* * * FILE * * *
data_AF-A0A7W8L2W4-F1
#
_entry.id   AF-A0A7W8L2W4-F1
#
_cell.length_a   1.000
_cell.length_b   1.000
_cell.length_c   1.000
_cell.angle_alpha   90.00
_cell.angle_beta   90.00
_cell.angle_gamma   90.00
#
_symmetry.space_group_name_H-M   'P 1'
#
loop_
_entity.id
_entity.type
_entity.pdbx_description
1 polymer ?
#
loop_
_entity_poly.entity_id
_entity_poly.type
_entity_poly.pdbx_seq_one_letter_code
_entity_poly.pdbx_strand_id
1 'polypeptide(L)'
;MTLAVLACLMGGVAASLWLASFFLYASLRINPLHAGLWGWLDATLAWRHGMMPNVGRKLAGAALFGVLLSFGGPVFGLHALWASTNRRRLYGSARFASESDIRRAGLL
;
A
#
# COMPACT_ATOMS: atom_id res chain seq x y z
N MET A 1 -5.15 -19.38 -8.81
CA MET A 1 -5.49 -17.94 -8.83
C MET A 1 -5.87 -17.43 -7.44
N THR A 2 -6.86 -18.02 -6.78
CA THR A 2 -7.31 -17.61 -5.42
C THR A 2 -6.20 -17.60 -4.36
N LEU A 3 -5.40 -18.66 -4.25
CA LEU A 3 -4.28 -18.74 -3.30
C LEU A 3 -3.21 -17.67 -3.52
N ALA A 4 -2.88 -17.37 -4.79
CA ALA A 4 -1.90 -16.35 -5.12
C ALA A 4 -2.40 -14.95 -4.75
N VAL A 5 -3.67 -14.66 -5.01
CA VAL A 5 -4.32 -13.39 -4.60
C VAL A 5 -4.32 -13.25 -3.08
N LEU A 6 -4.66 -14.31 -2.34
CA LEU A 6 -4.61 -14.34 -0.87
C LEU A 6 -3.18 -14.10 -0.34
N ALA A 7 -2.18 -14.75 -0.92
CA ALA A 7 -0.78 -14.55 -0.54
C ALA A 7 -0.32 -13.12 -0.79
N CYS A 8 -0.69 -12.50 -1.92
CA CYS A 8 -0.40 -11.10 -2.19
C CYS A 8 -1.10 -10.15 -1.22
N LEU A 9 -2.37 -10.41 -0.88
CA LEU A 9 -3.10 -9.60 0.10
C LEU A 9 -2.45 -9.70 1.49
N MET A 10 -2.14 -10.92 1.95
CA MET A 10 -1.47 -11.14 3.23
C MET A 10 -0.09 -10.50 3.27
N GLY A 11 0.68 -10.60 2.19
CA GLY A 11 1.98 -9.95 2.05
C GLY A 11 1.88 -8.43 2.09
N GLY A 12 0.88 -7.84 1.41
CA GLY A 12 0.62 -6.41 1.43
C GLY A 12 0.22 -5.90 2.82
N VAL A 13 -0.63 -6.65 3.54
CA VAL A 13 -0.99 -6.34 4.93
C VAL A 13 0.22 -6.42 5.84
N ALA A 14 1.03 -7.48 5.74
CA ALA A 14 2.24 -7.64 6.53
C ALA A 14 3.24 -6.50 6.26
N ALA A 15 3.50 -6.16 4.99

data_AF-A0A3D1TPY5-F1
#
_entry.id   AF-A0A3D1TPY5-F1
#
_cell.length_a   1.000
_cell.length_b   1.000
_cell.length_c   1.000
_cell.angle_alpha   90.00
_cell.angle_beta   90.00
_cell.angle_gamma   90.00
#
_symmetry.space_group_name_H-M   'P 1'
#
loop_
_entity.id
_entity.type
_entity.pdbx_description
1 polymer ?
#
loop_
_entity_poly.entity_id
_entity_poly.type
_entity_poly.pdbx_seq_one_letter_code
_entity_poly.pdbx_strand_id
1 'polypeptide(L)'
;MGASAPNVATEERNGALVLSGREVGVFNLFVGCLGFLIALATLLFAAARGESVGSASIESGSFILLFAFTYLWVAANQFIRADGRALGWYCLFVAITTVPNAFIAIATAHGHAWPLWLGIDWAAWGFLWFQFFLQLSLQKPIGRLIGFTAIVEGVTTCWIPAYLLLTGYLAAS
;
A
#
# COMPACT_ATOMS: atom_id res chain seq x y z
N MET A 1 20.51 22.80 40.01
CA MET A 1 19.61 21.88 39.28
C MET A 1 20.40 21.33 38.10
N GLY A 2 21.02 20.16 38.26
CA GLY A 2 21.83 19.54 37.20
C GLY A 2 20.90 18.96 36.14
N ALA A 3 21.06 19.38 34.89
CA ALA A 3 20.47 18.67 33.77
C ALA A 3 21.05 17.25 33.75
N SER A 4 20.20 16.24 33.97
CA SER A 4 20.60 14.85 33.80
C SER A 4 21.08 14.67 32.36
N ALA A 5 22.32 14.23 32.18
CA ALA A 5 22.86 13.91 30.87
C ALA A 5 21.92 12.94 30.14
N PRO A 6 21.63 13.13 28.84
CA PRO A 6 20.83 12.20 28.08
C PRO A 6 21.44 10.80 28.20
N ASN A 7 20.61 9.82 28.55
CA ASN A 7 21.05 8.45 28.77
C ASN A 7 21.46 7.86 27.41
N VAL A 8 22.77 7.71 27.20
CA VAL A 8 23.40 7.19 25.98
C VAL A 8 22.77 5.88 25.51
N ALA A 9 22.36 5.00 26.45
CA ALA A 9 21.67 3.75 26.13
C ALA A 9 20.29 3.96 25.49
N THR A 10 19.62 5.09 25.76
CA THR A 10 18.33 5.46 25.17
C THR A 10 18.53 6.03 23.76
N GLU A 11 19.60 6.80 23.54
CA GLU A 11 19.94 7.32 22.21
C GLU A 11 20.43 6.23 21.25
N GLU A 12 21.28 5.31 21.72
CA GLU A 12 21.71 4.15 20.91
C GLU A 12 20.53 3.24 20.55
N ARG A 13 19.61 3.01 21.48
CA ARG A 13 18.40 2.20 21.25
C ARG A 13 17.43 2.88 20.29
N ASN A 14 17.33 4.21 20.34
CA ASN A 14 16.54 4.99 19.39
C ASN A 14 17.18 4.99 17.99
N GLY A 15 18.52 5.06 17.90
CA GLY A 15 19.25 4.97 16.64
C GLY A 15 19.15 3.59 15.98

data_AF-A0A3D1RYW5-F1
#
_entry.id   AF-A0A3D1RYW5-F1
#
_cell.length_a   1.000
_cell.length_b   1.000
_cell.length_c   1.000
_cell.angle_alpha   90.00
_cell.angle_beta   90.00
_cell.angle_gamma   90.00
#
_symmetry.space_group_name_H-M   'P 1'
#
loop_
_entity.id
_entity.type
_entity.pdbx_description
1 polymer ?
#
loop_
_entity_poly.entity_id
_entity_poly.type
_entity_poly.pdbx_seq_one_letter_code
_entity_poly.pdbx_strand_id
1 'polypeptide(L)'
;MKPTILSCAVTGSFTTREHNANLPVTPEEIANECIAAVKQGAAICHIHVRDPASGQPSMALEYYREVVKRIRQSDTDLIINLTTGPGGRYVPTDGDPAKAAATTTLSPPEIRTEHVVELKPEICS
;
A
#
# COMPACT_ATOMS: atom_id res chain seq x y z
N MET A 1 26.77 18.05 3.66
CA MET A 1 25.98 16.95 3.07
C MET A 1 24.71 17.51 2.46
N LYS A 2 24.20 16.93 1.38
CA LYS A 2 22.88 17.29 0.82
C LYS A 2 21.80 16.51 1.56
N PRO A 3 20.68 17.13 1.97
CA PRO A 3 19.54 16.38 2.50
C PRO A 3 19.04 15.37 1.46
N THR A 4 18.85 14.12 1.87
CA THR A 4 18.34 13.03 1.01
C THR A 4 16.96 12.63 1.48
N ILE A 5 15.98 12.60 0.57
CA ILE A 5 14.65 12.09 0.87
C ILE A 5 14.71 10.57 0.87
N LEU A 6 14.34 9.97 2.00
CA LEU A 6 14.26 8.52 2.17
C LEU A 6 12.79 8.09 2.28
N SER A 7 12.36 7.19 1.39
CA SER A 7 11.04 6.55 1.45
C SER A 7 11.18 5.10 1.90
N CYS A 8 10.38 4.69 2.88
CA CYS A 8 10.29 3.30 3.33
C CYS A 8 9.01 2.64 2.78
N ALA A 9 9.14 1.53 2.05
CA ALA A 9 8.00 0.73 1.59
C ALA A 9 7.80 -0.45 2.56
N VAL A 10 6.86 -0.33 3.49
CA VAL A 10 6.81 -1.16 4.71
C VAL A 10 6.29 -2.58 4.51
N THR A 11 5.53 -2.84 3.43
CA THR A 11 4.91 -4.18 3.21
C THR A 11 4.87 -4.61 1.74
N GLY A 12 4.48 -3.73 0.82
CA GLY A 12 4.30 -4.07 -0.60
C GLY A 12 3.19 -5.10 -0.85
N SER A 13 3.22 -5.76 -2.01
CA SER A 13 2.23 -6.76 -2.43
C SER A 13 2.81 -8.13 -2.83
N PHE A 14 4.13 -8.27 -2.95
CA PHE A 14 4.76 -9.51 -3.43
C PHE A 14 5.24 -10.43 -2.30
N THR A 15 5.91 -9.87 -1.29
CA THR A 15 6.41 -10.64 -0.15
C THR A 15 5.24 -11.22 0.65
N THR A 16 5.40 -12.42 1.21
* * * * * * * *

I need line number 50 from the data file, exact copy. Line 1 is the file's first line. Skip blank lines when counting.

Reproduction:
CA ALA A 7 -0.78 -14.55 -0.54